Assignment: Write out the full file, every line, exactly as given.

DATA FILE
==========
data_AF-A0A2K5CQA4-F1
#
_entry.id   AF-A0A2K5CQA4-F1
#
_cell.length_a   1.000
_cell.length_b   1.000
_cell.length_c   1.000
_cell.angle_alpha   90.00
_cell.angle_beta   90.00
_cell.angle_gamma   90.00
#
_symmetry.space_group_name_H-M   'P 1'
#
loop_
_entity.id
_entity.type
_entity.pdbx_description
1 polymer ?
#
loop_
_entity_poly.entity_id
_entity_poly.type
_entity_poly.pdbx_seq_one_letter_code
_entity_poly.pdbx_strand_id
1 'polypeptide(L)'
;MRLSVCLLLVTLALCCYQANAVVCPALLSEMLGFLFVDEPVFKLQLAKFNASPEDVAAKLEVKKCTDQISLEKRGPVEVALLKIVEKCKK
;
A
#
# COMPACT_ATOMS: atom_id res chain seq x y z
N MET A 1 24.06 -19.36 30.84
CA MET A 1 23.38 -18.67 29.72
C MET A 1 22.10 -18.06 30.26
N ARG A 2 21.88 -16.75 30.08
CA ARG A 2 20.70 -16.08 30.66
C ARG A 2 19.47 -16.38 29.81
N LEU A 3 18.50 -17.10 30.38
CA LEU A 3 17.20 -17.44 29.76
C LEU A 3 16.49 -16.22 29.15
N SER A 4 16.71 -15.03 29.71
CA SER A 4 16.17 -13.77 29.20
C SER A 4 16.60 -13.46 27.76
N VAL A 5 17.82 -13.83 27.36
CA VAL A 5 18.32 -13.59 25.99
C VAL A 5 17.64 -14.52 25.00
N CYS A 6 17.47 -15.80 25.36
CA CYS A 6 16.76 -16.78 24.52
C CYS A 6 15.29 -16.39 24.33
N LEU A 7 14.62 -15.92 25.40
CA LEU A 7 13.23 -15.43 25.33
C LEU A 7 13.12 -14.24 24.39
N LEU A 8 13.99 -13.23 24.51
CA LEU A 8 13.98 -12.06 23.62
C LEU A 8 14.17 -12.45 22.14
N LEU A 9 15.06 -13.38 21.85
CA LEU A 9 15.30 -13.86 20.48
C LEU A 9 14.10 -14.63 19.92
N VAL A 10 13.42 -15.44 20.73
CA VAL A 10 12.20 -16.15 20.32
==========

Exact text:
data_AF-A0A2K5CQA4-F1
#
_entry.id   AF-A0A2K5CQA4-F1
#
_cell.length_a   1.000
_cell.length_b   1.000
_cell.length_c   1.000
_cell.angle_alpha   90.00
_cell.angle_beta   90.00
_cell.angle_gamma   90.00
#
_symmetry.space_group_name_H-M   'P 1'
#
loop_
_entity.id
_entity.type
_entity.pdbx_description
1 polymer ?
#
loop_
_entity_poly.entity_id
_entity_poly.type
_entity_poly.pdbx_seq_one_letter_code
_entity_poly.pdbx_strand_id
1 'polypeptide(L)'
;MRLSVCLLLVTLALCCYQANAVVCPALLSEMLGFLFVDEPVFKLQLAKFNASPEDVAAKLEVKKCTDQISLEKRGPVEVALLKIVEKCKK
;
A
#
# COMPACT_ATOMS: atom_id res chain seq x y z
N MET A 1 24.06 -19.36 30.84
CA MET A 1 23.38 -18.67 29.72
C MET A 1 22.10 -18.06 30.26
N ARG A 2 21.88 -16.75 30.08
CA ARG A 2 20.70 -16.08 30.66
C ARG A 2 19.47 -16.38 29.81
N LEU A 3 18.50 -17.10 30.38
CA LEU A 3 17.20 -17.44 29.76
C LEU A 3 16.49 -16.22 29.15
N SER A 4 16.71 -15.03 29.71
CA SER A 4 16.17 -13.77 29.20
C SER A 4 16.60 -13.46 27.76
N VAL A 5 17.82 -13.83 27.36
CA VAL A 5 18.32 -13.59 25.99
C VAL A 5 17.64 -14.52 25.00
N CYS A 6 17.47 -15.80 25.36
CA CYS A 6 16.76 -16.78 24.52
C CYS A 6 15.29 -16.39 24.33
N LEU A 7 14.62 -15.92 25.40
CA LEU A 7 13.23 -15.43 25.33
C LEU A 7 13.12 -14.24 24.39
N LEU A 8 13.99 -13.23 24.51
CA LEU A 8 13.98 -12.06 23.62
C LEU A 8 14.17 -12.45 22.14
N LEU A 9 15.06 -13.38 21.85
CA LEU A 9 15.30 -13.86 20.48
C LEU A 9 14.10 -14.63 19.92
N VAL A 10 13.42 -15.44 20.73
CA VAL A 10 12.20 -16.15 20.32